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An economist's questions on food ...

By Bill Richmond - posted Tuesday, 17 June 2008

Concern has been expressed that “the world is now consuming more food than it produces” and the question asked “can man’s ingenuity continue to feed us all?”

An economist regards such a proposition and question with some uneasiness.

What does the proposition actually mean? That there is simply not enough in aggregate to go round, to physically sustain everyone in the world?


That is certainly the case in respect of some - almost all would agree too many - individuals.

In a large number of cases this circumstance can be attributed to natural disasters which have meant that even the best efforts of those seeking to help have been inadequate to ensure that the physical needs of many affected can be met.

Almost as obvious are reasons that can broadly be categorised as “political”.

These may combine with the former factor. The situation in Myanmar is a case in point where, almost unbelievably to many observers, those wielding political power have prevented food being delivered to those rendered in need of it.

And the plight of many on the African continent could be eased considerably if a larger percentage of the population spent less of their time fighting each other and more in agricultural pursuits.

In a similar, if slightly less dramatic, way the people of North Korea - many of whom are reported to have suffered from malnutrition, and even death from starvation - would almost certainly have fared better if the Dear Leader and his associates had permitted free interaction with the rest of the world.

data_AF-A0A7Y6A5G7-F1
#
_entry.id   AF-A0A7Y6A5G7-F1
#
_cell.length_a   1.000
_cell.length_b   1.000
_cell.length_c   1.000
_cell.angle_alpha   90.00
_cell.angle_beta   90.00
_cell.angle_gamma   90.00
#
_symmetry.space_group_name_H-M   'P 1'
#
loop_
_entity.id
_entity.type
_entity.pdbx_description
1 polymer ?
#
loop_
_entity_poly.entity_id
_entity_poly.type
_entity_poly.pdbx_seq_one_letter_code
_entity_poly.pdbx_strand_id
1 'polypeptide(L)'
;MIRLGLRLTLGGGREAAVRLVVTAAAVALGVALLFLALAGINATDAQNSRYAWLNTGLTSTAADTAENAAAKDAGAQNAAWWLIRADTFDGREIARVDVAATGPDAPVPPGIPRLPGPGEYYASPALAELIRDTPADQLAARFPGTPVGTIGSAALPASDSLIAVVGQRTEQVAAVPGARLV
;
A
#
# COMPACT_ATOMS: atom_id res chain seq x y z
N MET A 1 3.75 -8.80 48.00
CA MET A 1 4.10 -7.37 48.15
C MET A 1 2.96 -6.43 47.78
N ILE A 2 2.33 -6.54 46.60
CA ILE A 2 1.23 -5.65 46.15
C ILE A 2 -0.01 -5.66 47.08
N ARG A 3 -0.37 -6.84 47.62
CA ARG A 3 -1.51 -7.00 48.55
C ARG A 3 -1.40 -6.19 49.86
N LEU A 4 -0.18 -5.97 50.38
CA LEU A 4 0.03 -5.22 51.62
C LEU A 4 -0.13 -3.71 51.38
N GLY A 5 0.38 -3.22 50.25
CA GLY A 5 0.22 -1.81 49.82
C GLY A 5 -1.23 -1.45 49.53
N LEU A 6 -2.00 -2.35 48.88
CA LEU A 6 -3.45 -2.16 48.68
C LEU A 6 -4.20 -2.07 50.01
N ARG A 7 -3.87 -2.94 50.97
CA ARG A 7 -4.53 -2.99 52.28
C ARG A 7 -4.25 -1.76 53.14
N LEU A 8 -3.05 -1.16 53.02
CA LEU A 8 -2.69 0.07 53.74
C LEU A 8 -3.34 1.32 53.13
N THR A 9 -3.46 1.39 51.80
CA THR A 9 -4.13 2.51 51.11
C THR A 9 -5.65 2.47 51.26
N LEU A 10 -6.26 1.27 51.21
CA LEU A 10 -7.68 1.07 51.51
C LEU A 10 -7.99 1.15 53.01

Here, “economic” questions become entangled with the “political” as indeed they inevitably do, more or less subtly, when the question of the adequacy of the world’s food supply is discussed.

And so to a grand proposition. It may be challenged and tested in a variety of ways, and exceptions effectively argued. But until it’s refuted in a comprehensive way let’s run with it.

Here it is: barring the essentially short-term effects of natural disasters (which for some people these are undeniably catastrophic and no attempt is made here to in any sense dismiss them) there would be no problem of food inadequacy if political and economic barriers to the free interchange of goods - indeed the geographic movement of people themselves - were eliminated.

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About the Author

Dr Bill Richmond lectures in Economics at the University of Queensland.

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